This article was published in Australian Dictionary of Biography, Volume 12, (MUP), 1990
Ivo Harrington Whitton (1893-1967), golfer, was born on 9 December 1893 at Moonee Ponds, Melbourne, son of Percy Whitton, accountant, and his wife Eliza Lord, née Harrington, both Tasmanian born. Educated at Melbourne Church of England Grammar School where he captained the preparatory school cricket team, he is said to have taken up golf seriously at the age of 14 when passed over for the first eleven. He practised in the paddocks surrounding his home in Munro Street, Armadale, and in 1908 joined the Caulfield Golf Club in which his father was an active member. When it moved to Oakleigh that year, becoming the Metropolitan Golf Club, Ivo won the last medal on the old course and the first on the new. He was club champion three times before the war; on 11 November 1911 he set two course records (71 in the morning and 69 in the afternoon), taking the monthly medal despite a handicap of plus four. He won his first Australian Open championship in 1912 and is the only Australian golfer to have won it five times (1912, 1913, 1926, 1929 and 1931), and that as an amateur.
On leaving school in 1911, Whitton had joined the woolbroking firm of A. R. Lempriere (the Australian amateur golf champion in 1913) who allowed him time for golf in off-seasons. Late that year Whitton went to England and in 1914 competed in the British amateur championship. When World War I broke out he returned home; on being rejected by the Australian Imperial Force, he went back to England and served in the Royal Garrison Artillery. He gained his commission and served at Salonica. Contracting malaria, he was invalided home.
After the war Whitton worked as a wool-appraiser for the Commonwealth government in 1919-20 before returning to wool-buying. In 1926 he joined the sports-goods firm of A. G. Spalding & Bros, becoming a director in 1931 and later general manager. In addition to his 'opens', he won numerous amateur championships including the Australian (1922, 1923), the Victorian (1919-20, 1922-24) and the New South Wales (1929). In 1920 he won the Helms award for the outstanding athlete of the year. He published an instructional book, Golf, in 1929.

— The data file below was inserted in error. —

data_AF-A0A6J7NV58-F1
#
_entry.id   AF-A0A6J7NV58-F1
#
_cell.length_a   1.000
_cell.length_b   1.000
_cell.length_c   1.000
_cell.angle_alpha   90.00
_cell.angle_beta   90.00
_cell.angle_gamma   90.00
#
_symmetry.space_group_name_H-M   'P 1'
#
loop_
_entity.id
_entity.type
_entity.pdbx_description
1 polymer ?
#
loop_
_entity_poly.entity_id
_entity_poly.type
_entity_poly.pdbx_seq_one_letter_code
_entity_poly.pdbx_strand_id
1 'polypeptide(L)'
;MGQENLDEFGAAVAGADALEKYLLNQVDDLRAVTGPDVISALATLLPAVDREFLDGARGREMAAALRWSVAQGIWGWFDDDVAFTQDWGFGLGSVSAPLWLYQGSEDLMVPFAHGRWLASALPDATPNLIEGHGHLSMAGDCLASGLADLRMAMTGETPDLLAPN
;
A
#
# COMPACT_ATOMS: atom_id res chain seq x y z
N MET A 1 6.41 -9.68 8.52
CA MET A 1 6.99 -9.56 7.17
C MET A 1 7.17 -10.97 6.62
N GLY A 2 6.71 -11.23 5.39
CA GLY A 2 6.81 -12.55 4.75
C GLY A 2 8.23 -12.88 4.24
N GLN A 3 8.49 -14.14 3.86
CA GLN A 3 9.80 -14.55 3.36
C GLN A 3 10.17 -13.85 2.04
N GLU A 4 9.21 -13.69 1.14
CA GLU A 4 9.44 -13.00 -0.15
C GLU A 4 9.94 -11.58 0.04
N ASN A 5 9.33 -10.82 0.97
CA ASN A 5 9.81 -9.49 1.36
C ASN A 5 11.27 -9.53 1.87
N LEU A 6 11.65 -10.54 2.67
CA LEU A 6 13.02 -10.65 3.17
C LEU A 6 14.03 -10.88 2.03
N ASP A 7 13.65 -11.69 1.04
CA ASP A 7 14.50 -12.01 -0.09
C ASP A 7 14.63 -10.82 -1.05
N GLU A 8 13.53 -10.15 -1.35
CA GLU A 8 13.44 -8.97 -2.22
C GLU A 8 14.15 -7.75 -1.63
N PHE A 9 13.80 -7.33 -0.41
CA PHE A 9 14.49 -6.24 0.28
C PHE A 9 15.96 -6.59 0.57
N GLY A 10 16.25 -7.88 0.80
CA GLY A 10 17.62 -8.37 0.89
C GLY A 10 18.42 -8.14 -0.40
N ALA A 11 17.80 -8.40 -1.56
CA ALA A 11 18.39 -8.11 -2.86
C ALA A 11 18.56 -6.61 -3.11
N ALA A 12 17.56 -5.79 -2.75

Having joined the Royal Melbourne Golf Club in 1913, Whitton was club champion nine times in 1920-36, its captain in 1947-50, and was made an honorary life member in 1953. He represented the club on the Victorian Golf Association and the Australian Golf Union. From 1948 to 1953 he was a member of the rules of golf committee of the Royal and Ancient Golf Club of St Andrews, Scotland, and in 1951 was the Australian delegate to a conference in Britain to unify the rules. In 1960 the V.G.A. established the Ivo Whitton Trophy to be awarded annually to the best amateur.
A modest but tenacious player, Whitton also enjoyed the 'club' and social side of golf; his other interests included tennis, fishing and photography. He had married Evelyn Jessie Jennings, herself a good golfer, at All Souls Anglican Church, Sandringham, on 9 June 1920. Survived by his wife, son and two daughters, Whitton died at Sandringham on 2 July 1967 and was buried in Cheltenham cemetery. The R.M.G.C. established the Ivo Whitton Cup in his memory.
A. G. L. Shaw, 'Whitton, Ivo Harrington (1893–1967)', Australian Dictionary of Biography, National Centre of Biography, Australian National University, http://adb.anu.edu.au/biography/whitton-ivo-harrington-9089/text16025, published first in hardcopy 1990, accessed online 26 May 2016.
This article was first published in hardcopy in Australian Dictionary of Biography, Volume 12, (MUP), 1990